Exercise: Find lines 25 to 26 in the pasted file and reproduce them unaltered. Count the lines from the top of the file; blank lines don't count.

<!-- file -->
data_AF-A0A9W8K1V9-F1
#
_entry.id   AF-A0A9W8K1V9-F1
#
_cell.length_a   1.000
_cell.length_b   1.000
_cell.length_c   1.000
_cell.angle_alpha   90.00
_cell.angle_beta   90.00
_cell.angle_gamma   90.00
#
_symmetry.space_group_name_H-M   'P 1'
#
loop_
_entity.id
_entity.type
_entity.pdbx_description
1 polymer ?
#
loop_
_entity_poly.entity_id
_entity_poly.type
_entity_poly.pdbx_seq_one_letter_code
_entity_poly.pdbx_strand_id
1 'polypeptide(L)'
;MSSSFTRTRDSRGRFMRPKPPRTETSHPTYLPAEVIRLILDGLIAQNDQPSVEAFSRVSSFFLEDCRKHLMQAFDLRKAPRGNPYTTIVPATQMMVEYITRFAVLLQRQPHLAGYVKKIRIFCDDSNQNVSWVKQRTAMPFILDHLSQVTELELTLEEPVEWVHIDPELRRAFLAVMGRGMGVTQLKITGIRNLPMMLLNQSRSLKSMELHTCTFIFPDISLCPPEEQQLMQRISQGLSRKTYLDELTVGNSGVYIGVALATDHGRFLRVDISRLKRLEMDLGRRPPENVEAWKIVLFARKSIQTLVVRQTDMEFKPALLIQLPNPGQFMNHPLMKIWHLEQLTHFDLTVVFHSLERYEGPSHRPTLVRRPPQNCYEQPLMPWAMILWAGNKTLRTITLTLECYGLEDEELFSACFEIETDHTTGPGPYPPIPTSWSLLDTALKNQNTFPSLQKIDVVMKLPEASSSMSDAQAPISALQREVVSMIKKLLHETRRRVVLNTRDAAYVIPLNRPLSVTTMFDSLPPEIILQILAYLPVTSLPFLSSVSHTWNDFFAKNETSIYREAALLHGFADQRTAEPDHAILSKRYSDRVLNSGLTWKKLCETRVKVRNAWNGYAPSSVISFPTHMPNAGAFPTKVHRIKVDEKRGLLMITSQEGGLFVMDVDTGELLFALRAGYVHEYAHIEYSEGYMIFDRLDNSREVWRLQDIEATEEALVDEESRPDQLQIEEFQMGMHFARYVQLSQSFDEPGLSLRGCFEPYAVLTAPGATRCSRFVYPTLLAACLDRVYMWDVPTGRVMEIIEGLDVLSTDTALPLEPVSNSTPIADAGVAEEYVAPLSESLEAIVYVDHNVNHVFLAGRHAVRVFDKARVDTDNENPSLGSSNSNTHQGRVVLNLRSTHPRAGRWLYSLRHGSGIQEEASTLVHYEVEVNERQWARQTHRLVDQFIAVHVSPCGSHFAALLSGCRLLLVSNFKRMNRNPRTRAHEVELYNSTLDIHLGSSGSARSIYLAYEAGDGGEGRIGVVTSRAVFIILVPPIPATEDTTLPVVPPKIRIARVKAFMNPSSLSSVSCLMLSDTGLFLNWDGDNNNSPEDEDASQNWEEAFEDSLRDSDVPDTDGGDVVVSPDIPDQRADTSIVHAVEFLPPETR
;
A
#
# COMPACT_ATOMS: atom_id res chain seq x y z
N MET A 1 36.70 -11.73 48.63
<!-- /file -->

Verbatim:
1 'polypeptide(L)'
;MSSSFTRTRDSRGRFMRPKPPRTETSHPTYLPAEVIRLILDGLIAQNDQPSVEAFSRVSSFFLEDCRKHLMQAFDLRKAPRGNPYTTIVPATQMMVEYITRFAVLLQRQPHLAGYVKKIRIFCDDSNQNVSWVKQRTAMPFILDHLSQVTELELTLEEPVEWVHIDPELRRAFLAVMGRGMGVTQLKITGIRNLPMMLLNQSRSLKSMELHTCTFIFPDISLCPPEEQQLMQRISQGLSRKTYLDELTVGNSGVYIGVALATDHGRFLRVDISRLKRLEMDLGRRPPENVEAWKIVLFARKSIQTLVVRQTDMEFKPALLIQLPNPGQFMNHPLMKIWHLEQLTHFDLTVVFHSLERYEGPSHRPTLVRRPPQNCYEQPLMPWAMILWAGNKTLRTITLTLECYGLEDEELFSACFEIETDHTTGPGPYPPIPTSWSLLDTALKNQNTFPSLQKIDVVMKLPEASSSMSDAQAPISALQREVVSMIKKLLHETRRRVVLNTRDAAYVIPLNRPLSVTTMFDSLPPEIILQILAYLPVTSLPFLSSVSHTWNDFFAKNETSIYREAALLHGFADQRTAEPDHAILSKRYSDRVLNSGLTWKKLCETRVKVRNAWNGYAPSSVISFPTHMPNAGAFPTKVHRIKVDEKRGLLMITSQEGGLFVMDVDTGELLFALRAGYVHEYAHIEYSEGYMIFDRLDNSREVWRLQDIEATEEALVDEESRPDQLQIEEFQMGMHFARYVQLSQSFDEPGLSLRGCFEPYAVLTAPGATRCSRFVYPTLLAACLDRVYMWDVPTGRVMEIIEGLDVLSTDTALPLEPVSNSTPIADAGVAEEYVAPLSESLEAIVYVDHNVNHVFLAGRHAVRVFDKARVDTDNENPSLGSSNSNTHQGRVVLNLRSTHPRAGRWLYSLRHGSGIQEEASTLVHYEVEVNERQWARQTHRLVDQFIAVHVSPCGSHFAALLSGCRLLLVSNFKRMNRNPRTRAHEVELYNSTLDIHLGSSGSARSIYLAYEAGDGGEGRIGVVTSRAVFIILVPPIPATEDTTLPVVPPKIRIARVKAFMNPSSLSSVSCLMLSDTGLFLNWDGDNNNSPEDEDASQNWEEAFEDSLRDSDVPDTDGGDVVVSPDIPDQRADTSIVHAVEFLPPETR